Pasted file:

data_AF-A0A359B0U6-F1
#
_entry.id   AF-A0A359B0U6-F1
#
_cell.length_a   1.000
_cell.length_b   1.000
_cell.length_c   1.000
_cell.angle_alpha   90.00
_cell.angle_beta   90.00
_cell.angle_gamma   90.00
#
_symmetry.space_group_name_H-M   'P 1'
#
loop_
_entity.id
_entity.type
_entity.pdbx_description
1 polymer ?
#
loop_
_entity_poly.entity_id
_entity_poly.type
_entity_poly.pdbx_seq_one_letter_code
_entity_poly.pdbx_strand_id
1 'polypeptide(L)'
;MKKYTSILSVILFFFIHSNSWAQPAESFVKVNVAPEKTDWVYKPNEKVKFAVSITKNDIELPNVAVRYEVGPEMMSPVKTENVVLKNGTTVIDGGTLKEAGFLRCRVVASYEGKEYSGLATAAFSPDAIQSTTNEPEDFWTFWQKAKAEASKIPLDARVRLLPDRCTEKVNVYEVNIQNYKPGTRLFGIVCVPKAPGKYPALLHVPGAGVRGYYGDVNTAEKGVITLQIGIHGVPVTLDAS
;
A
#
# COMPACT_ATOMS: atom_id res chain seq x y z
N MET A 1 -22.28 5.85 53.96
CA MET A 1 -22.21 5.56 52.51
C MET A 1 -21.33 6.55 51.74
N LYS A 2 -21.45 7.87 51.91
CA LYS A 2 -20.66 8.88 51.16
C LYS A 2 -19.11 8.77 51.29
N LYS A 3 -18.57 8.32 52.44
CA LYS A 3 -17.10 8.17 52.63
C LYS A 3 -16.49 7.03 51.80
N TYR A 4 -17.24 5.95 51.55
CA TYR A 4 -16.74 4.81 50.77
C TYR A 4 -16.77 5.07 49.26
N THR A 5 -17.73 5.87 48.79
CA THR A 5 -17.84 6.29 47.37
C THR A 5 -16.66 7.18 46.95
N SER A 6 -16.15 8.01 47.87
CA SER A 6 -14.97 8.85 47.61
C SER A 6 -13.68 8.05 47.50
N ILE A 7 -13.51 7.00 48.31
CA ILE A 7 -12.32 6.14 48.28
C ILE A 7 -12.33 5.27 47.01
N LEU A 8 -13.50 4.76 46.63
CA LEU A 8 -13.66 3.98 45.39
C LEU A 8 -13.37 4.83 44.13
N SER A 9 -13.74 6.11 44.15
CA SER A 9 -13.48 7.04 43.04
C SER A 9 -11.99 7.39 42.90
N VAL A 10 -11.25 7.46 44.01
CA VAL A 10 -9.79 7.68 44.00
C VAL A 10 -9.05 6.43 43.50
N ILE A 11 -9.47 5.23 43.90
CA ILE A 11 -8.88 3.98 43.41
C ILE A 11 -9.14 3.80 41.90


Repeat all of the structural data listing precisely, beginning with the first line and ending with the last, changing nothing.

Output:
data_AF-A0A359B0U6-F1
#
_entry.id   AF-A0A359B0U6-F1
#
_cell.length_a   1.000
_cell.length_b   1.000
_cell.length_c   1.000
_cell.angle_alpha   90.00
_cell.angle_beta   90.00
_cell.angle_gamma   90.00
#
_symmetry.space_group_name_H-M   'P 1'
#
loop_
_entity.id
_entity.type
_entity.pdbx_description
1 polymer ?
#
loop_
_entity_poly.entity_id
_entity_poly.type
_entity_poly.pdbx_seq_one_letter_code
_entity_poly.pdbx_strand_id
1 'polypeptide(L)'
;MKKYTSILSVILFFFIHSNSWAQPAESFVKVNVAPEKTDWVYKPNEKVKFAVSITKNDIELPNVAVRYEVGPEMMSPVKTENVVLKNGTTVIDGGTLKEAGFLRCRVVASYEGKEYSGLATAAFSPDAIQSTTNEPEDFWTFWQKAKAEASKIPLDARVRLLPDRCTEKVNVYEVNIQNYKPGTRLFGIVCVPKAPGKYPALLHVPGAGVRGYYGDVNTAEKGVITLQIGIHGVPVTLDAS
;
A
#
# COMPACT_ATOMS: atom_id res chain seq x y z
N MET A 1 -22.28 5.85 53.96
CA MET A 1 -22.21 5.56 52.51
C MET A 1 -21.33 6.55 51.74
N LYS A 2 -21.45 7.87 51.91
CA LYS A 2 -20.66 8.88 51.16
C LYS A 2 -19.11 8.77 51.29
N LYS A 3 -18.57 8.32 52.44
CA LYS A 3 -17.10 8.17 52.63
C LYS A 3 -16.49 7.03 51.80
N TYR A 4 -17.24 5.95 51.55
CA TYR A 4 -16.74 4.81 50.77
C TYR A 4 -16.77 5.07 49.26
N THR A 5 -17.73 5.87 48.79
CA THR A 5 -17.84 6.29 47.37
C THR A 5 -16.66 7.18 46.95
N SER A 6 -16.15 8.01 47.87
CA SER A 6 -14.97 8.85 47.61
C SER A 6 -13.68 8.05 47.50
N ILE A 7 -13.51 7.00 48.31
CA ILE A 7 -12.32 6.14 48.28
C ILE A 7 -12.33 5.27 47.01
N LEU A 8 -13.50 4.76 46.63
CA LEU A 8 -13.66 3.98 45.39
C LEU A 8 -13.37 4.83 44.13
N SER A 9 -13.74 6.11 44.15
CA SER A 9 -13.48 7.04 43.04
C SER A 9 -11.99 7.39 42.90
N VAL A 10 -11.25 7.46 44.01
CA VAL A 10 -9.79 7.68 44.00
C VAL A 10 -9.05 6.43 43.50
N ILE A 11 -9.47 5.23 43.90
CA ILE A 11 -8.88 3.98 43.41
C ILE A 11 -9.14 3.80 41.90